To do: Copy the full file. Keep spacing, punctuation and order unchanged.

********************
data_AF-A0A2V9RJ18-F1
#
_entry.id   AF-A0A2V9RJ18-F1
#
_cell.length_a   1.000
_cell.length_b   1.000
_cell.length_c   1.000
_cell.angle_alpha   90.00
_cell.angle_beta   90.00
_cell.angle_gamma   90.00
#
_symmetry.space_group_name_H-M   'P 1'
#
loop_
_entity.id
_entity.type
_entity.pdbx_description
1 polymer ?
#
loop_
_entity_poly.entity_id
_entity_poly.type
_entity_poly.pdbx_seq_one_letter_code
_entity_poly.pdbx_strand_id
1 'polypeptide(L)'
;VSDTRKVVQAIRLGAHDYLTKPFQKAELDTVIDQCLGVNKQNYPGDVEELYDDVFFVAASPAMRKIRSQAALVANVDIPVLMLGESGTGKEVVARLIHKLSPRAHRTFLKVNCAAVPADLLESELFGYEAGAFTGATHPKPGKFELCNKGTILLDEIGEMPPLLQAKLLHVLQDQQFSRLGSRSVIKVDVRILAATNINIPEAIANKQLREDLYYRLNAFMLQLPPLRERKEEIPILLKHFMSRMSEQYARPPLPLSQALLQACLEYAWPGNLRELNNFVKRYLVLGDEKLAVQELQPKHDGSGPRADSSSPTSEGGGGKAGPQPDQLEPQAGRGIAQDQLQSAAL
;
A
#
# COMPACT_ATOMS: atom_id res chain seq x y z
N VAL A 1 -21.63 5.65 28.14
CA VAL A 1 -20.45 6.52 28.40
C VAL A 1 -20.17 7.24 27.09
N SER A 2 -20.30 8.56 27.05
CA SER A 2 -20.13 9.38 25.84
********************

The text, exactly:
data_AF-A0A2V9RJ18-F1
#
_entry.id   AF-A0A2V9RJ18-F1
#
_cell.length_a   1.000
_cell.length_b   1.000
_cell.length_c   1.000
_cell.angle_alpha   90.00
_cell.angle_beta   90.00
_cell.angle_gamma   90.00
#
_symmetry.space_group_name_H-M   'P 1'
#
loop_
_entity.id
_entity.type
_entity.pdbx_description
1 polymer ?
#
loop_
_entity_poly.entity_id
_entity_poly.type
_entity_poly.pdbx_seq_one_letter_code
_entity_poly.pdbx_strand_id
1 'polypeptide(L)'
;VSDTRKVVQAIRLGAHDYLTKPFQKAELDTVIDQCLGVNKQNYPGDVEELYDDVFFVAASPAMRKIRSQAALVANVDIPVLMLGESGTGKEVVARLIHKLSPRAHRTFLKVNCAAVPADLLESELFGYEAGAFTGATHPKPGKFELCNKGTILLDEIGEMPPLLQAKLLHVLQDQQFSRLGSRSVIKVDVRILAATNINIPEAIANKQLREDLYYRLNAFMLQLPPLRERKEEIPILLKHFMSRMSEQYARPPLPLSQALLQACLEYAWPGNLRELNNFVKRYLVLGDEKLAVQELQPKHDGSGPRADSSSPTSEGGGGKAGPQPDQLEPQAGRGIAQDQLQSAAL
;
A
#
# COMPACT_ATOMS: atom_id res chain seq x y z
N VAL A 1 -21.63 5.65 28.14
CA VAL A 1 -20.45 6.52 28.40
C VAL A 1 -20.17 7.24 27.09
N SER A 2 -20.30 8.56 27.05
CA SER A 2 -20.13 9.38 25.84